“A timely exploration of the dynamics of multimodal meaning in the digital era, and pedagogies appropriate to the semiotic realities of our times. This is a book brimming with new ideas, at the same time comprehensively connected to contemporary and canonical literatures.”
William Cope, Professor, University of Illinois, Urbana-Champaign, USA
Knowing With New Media – is a book written by Lena Redman and published by Palgrave Macmillan (2018).
The book suggests that education needs
to adapt to the modern learner. The ways
of knowledge production—exploring, recording, representing, making meaning
of and sharing human experiences—have been fundamentally transformed through
the infusion of digital technologies into
all aspects of human activity. The book proposes a new approach to teaching
and learning termed 'cinematic bricolage,' which involves generating knowledge from heterogeneous resources in a 'do-it-yourself' manner while making meaning through multimodal representations.
Knowing with New Media:
A Multimodal Approach for Learning
The ubiquity, rich potential and privatized character of digital tools allow anyone – and, in the context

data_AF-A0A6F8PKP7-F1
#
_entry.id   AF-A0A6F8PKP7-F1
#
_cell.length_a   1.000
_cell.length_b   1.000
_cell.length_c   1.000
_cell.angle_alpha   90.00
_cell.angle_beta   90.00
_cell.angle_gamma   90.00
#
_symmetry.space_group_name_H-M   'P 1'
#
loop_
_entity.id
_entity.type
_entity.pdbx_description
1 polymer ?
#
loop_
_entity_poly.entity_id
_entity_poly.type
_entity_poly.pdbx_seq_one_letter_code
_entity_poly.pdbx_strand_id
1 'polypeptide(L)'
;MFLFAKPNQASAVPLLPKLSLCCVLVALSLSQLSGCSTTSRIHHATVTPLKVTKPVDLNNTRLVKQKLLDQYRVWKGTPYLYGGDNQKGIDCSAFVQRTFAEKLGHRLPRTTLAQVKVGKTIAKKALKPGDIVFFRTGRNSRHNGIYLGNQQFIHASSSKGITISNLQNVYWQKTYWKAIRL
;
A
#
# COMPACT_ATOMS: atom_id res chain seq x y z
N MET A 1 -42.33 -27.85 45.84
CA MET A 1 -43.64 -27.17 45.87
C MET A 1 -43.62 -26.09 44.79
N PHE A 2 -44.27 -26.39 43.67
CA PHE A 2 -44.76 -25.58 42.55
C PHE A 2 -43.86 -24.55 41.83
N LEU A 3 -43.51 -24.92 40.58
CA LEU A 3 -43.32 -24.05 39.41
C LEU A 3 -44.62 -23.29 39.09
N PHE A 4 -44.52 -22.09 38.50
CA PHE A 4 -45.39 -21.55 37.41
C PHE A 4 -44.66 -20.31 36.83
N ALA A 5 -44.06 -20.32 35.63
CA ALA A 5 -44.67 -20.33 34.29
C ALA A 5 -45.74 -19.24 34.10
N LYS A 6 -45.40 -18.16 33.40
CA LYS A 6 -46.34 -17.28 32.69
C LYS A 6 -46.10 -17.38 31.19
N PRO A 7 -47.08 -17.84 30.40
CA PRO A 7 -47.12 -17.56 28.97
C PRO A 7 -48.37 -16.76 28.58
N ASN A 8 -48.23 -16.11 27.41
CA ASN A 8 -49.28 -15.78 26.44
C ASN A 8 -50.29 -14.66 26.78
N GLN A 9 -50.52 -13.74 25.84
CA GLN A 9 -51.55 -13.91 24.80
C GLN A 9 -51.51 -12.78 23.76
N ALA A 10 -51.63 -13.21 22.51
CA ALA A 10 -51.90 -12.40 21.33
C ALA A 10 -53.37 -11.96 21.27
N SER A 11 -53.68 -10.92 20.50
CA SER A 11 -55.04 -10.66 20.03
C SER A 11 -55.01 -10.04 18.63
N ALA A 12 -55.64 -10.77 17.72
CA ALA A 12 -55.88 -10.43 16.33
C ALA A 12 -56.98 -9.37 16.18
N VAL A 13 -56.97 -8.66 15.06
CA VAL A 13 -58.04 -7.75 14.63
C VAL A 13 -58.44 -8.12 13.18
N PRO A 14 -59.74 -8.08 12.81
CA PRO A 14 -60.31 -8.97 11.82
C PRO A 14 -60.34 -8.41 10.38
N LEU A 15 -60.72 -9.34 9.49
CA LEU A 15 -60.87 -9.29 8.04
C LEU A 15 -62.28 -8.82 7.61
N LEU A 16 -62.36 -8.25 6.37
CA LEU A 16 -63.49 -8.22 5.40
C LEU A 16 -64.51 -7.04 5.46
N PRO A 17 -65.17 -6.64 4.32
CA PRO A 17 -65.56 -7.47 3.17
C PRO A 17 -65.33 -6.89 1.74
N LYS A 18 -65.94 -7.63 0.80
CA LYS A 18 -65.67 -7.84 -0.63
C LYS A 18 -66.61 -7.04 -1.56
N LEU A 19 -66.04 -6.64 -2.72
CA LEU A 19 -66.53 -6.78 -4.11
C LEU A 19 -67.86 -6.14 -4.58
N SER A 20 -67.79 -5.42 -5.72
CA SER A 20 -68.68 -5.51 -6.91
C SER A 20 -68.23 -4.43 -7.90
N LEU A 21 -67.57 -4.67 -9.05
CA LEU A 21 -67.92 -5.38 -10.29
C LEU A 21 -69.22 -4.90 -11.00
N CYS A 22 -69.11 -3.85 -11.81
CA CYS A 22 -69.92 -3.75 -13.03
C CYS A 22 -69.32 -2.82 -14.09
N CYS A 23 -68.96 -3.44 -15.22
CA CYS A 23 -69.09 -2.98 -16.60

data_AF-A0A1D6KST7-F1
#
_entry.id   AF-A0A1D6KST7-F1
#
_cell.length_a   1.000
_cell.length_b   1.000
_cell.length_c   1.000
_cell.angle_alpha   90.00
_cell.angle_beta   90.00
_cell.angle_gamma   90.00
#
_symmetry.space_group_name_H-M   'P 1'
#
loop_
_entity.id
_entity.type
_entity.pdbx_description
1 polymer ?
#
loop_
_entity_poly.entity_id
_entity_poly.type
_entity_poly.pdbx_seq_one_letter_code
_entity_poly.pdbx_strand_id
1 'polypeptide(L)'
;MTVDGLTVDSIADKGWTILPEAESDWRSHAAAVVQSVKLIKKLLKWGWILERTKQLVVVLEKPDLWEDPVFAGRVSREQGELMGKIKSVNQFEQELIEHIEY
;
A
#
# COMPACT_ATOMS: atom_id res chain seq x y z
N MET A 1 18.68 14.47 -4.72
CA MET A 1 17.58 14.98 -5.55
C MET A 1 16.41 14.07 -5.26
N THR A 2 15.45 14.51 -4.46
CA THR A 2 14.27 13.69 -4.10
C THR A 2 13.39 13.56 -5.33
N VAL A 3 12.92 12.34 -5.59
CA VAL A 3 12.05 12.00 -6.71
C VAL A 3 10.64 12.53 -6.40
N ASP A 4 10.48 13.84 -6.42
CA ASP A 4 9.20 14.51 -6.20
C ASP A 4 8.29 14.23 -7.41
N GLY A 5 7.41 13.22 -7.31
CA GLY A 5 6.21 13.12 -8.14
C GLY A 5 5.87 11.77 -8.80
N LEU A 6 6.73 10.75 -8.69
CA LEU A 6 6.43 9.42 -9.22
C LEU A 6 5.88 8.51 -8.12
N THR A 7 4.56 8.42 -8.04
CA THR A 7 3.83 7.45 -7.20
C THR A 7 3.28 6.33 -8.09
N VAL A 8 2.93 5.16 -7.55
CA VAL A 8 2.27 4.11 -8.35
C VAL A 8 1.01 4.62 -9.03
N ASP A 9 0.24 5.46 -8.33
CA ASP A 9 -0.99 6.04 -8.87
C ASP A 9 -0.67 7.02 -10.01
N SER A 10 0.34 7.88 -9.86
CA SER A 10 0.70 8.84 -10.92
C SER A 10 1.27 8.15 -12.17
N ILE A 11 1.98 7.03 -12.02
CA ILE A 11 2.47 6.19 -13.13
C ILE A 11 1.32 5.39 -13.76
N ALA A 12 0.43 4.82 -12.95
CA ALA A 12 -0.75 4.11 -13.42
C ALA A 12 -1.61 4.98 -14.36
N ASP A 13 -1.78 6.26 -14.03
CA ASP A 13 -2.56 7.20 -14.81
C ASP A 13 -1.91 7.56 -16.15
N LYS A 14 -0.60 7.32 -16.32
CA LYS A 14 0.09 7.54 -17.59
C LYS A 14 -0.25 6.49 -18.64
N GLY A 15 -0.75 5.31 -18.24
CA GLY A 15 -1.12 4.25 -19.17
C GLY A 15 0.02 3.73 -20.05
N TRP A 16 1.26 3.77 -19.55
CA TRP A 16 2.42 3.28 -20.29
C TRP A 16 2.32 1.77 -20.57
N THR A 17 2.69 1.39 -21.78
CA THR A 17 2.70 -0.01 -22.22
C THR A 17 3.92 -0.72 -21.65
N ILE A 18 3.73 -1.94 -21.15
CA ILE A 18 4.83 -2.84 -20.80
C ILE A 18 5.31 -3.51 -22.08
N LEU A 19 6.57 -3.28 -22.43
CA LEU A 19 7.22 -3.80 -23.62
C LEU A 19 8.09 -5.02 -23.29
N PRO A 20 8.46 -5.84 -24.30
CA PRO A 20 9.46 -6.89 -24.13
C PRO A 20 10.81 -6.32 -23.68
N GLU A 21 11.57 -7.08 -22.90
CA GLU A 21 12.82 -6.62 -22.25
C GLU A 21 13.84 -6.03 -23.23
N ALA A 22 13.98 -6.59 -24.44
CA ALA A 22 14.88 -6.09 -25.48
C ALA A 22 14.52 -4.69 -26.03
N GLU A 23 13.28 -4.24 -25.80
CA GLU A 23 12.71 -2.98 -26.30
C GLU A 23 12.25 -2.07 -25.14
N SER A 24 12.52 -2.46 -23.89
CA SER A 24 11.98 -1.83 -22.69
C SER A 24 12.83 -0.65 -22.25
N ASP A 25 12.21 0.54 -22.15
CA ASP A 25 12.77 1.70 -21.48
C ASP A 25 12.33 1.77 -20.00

of this book, any student – to engage with their immediate natural, social and cultural environments
by capitalizing on their individual abilities and interests. Knowing with New Media proposes and explores
an approach to teaching and learning termed 'cinematic bricolage.' This involves generating knowledge
from heterogeneous resources in a 'do-it-yourself' manner while making meaning through multimodal representations—writing with images, sounds and movements.
Cinematic bricolage is rooted in the idea that the learning process is not confined to schooling but
is an inseparable part of existence. 'Knowing' belongs to life, and this book is an attempt to reconnect
it with the idea of a person’s being.
The ways of knowledge production – exploring, recording, representing, making meaning of and sharing human experiences – have been fundamentally transformed through a profound infusion of digital technologies into all aspects of human activity. For the processes of knowledge-making, this is a historically unique circumstance, determined primarily by the privatization of digital tools as means of production.
These enhance a knower’s agency, giving them the opportunity to be at the center of their learning activities.
This book not only theorizes, but also exemplifies, cinematic bricolage in its layout and forms of expression.
In doing so, it shows how this process provides the opportunity to apply a person’s innate talents and exercise their personal agency in making knowledge. It shows how cinematic bricolage reconnects ways of knowing with ways of being.
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Available on Amazon.com
Available on Amazon.com